Yes, I am being radicalised but not by some preacher calling for me to take up a terrorist stance against the west. I am being radicalised by a system that repressing the worker in favour of the 1% and the corporations. I am being radicalised by a prime minister who says he is for the hard working family while he ensures that they have less to live on and that the wealth rushes up to the wealthy. I am being radicalised by the false messages of a system that endeavours to hold the workers down rather than work in their best interests.

But I don't want to be radicalised to become a terrorist but I do want to be someone who stands up for real peace os shalom. I read books on peace making and what peace means and I see in these books a radical message. It is such a radical message that some of the authors were forced to flee for their lives, not from radicals but from the governments of their day. The more visible leaders of these peace movements had to stand up against their political leaders pointing out the failings of the government. They sought peace but realised to get peace, they needed to make a nonviolent stand against the political leadership. This is now where I increasingly feel that I stand.

True peace isn't the absence of war as that cannot happen as long as some of the population is suppressed (Arnold, 2013, pp 11-12). True peace comes from within but it changes the way that we relate with others. It is about building relationships and establishing true equity. These are radical ideas that are rejected by the individualistic society in which we live. Radicalisation doesn't need to lead to violence. It can lead to another alternative that still stands up against injustice and inequality. It seeks out a radical alternative for society. One built on different principles to the self serving principles of current capitalist, neoliberal western society and maybe even the socialistic principles of what is seen as the traditional opposition.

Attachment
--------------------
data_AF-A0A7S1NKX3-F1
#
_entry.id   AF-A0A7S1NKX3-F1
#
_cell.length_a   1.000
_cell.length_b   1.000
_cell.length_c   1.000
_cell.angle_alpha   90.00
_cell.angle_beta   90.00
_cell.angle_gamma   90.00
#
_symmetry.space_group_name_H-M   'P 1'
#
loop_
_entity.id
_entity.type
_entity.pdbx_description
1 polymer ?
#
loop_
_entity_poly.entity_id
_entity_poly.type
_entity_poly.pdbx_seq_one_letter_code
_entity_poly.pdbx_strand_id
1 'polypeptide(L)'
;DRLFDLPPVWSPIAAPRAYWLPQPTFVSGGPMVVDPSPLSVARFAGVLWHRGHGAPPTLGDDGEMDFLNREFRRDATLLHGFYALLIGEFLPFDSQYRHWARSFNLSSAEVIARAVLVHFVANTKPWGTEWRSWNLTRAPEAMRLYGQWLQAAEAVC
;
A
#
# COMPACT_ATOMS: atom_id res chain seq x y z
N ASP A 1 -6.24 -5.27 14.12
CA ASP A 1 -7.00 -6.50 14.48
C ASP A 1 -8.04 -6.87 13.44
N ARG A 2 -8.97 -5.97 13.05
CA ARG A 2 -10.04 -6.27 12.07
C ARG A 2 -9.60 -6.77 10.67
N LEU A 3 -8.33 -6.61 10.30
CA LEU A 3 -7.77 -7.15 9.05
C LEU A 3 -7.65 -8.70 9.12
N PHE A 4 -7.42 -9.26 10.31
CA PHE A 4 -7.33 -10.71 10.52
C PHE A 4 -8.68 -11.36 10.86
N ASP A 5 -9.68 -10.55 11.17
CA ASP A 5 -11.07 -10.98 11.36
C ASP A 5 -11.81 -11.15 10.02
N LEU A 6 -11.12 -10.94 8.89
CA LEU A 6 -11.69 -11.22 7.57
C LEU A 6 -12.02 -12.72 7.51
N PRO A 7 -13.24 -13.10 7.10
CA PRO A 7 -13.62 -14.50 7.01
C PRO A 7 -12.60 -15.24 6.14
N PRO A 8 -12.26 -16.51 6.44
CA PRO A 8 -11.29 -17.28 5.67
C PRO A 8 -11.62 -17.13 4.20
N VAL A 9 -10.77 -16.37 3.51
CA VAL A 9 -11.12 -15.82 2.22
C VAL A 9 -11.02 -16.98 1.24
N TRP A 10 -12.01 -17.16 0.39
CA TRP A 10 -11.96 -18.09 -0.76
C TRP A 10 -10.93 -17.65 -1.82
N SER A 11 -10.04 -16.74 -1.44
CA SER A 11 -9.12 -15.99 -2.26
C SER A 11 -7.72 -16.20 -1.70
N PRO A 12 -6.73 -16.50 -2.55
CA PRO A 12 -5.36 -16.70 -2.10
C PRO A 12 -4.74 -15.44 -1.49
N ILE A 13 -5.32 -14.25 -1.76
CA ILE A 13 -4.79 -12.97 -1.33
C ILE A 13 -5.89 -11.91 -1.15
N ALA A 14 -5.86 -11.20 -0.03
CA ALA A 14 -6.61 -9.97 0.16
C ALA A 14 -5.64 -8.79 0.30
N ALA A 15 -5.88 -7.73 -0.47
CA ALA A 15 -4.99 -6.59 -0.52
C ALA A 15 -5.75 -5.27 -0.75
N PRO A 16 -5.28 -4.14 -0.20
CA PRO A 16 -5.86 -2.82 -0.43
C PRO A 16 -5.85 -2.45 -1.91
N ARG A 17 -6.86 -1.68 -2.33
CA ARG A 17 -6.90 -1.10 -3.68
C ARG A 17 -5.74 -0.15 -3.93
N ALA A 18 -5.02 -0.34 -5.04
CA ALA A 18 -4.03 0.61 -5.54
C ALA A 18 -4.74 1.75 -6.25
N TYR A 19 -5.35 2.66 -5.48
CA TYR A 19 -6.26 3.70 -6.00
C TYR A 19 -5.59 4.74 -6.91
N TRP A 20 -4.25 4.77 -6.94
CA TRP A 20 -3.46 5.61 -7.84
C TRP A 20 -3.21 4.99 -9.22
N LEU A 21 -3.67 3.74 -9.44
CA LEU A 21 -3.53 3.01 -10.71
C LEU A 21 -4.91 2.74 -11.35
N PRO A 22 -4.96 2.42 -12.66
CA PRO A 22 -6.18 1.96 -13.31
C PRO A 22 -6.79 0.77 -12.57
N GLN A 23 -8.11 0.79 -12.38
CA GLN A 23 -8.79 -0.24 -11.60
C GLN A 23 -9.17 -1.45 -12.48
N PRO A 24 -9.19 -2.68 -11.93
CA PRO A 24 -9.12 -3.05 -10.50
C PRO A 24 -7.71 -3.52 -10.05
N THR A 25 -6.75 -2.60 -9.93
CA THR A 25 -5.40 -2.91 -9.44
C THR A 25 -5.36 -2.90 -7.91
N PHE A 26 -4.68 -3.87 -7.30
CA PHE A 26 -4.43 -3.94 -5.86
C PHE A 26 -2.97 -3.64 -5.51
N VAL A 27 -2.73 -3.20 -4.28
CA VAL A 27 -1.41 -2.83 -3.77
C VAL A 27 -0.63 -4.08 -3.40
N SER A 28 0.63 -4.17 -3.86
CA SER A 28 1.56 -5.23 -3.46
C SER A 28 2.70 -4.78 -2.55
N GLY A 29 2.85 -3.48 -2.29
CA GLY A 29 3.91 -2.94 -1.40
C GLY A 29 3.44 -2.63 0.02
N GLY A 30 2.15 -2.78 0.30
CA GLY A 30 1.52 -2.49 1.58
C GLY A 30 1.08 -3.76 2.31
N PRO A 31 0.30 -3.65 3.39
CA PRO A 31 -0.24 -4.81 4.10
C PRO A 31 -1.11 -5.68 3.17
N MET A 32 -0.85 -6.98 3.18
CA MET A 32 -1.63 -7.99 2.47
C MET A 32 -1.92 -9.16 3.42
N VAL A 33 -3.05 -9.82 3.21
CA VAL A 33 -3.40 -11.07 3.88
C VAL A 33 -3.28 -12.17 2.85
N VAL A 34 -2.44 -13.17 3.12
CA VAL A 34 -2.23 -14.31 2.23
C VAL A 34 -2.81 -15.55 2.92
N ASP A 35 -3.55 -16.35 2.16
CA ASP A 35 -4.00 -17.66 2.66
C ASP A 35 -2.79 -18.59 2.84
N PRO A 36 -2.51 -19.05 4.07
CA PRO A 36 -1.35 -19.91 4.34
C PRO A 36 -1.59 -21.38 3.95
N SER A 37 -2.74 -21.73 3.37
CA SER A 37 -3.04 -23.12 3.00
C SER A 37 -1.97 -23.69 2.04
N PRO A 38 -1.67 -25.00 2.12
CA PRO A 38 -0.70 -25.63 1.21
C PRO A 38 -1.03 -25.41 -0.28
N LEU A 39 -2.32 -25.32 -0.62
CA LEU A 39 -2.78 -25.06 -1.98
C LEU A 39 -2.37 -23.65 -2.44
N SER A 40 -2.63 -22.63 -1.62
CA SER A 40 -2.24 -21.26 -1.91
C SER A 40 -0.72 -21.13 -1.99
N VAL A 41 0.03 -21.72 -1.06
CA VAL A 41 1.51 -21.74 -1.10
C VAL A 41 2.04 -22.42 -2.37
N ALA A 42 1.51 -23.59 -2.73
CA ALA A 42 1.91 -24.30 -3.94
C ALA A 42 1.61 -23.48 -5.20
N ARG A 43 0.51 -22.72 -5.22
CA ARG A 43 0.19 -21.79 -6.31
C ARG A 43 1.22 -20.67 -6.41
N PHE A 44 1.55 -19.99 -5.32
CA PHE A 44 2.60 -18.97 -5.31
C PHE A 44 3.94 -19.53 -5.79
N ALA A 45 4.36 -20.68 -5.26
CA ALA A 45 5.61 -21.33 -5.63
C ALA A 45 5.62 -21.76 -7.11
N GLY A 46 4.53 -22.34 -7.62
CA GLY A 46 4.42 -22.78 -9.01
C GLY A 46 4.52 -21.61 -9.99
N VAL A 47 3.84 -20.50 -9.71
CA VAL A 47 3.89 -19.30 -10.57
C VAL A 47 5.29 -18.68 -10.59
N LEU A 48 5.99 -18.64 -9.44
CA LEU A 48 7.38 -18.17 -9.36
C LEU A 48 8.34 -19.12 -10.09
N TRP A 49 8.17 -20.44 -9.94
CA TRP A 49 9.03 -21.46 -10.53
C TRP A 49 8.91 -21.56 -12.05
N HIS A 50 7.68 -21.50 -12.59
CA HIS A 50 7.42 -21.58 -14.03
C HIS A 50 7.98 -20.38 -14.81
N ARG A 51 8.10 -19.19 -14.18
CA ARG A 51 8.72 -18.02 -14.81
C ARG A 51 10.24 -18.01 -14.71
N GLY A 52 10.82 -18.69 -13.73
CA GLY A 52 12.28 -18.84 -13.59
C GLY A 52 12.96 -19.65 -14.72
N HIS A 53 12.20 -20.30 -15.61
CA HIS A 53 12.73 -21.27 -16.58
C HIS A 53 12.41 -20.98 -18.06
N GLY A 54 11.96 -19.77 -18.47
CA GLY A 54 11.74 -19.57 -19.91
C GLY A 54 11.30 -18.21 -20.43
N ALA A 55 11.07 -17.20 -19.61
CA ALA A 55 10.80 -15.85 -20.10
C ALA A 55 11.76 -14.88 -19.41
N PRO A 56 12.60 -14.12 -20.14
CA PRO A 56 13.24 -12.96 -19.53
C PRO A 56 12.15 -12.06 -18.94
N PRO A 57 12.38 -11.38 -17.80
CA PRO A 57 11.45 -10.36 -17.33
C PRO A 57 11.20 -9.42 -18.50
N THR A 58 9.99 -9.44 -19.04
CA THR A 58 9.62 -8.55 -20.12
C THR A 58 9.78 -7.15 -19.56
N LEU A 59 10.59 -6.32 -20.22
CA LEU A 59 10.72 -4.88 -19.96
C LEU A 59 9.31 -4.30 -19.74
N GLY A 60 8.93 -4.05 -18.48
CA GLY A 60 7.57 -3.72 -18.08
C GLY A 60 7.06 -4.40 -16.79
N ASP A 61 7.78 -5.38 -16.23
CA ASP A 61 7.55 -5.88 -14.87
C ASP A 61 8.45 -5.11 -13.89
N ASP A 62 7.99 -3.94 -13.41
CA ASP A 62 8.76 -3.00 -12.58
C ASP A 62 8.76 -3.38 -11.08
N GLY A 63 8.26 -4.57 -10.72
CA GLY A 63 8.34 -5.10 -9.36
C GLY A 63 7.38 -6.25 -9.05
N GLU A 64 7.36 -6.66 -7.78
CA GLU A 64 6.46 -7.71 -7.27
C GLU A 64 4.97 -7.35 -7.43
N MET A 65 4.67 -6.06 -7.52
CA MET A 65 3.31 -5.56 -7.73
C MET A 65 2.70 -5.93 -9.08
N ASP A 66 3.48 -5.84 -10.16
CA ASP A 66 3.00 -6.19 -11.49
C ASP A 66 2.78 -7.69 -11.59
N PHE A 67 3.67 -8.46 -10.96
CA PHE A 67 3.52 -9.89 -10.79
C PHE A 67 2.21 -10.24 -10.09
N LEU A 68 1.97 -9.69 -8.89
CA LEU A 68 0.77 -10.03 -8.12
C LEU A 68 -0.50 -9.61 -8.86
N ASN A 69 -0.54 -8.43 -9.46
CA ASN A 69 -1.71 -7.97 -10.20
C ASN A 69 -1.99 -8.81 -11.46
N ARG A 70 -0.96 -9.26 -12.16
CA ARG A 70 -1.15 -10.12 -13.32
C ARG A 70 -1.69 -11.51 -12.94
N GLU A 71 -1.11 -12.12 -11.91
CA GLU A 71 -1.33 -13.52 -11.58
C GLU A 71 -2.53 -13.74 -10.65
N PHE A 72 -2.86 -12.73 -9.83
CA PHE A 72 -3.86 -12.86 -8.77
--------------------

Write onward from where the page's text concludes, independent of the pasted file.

Yes, I am being radicalised by the system that marginalises the workers and that transfers wealth from those who do not have to those who already have. I am being radicalised by injustice in the system and by the writings of those who see a peaceful alternative. There needs to be a stronger voice that stands up against this injustice and challenges the assumed norms of our society, that puts forth a real alternative that addresses the real issues of our society and world. This isn't a battle of guns or violence but this is a revolution of the mind, the philosophy, and the approach to life. It is a challenge to the framing story, the story by which we live. It is a challenge that asks whether there is another way. I believe there is but it will be a long struggle.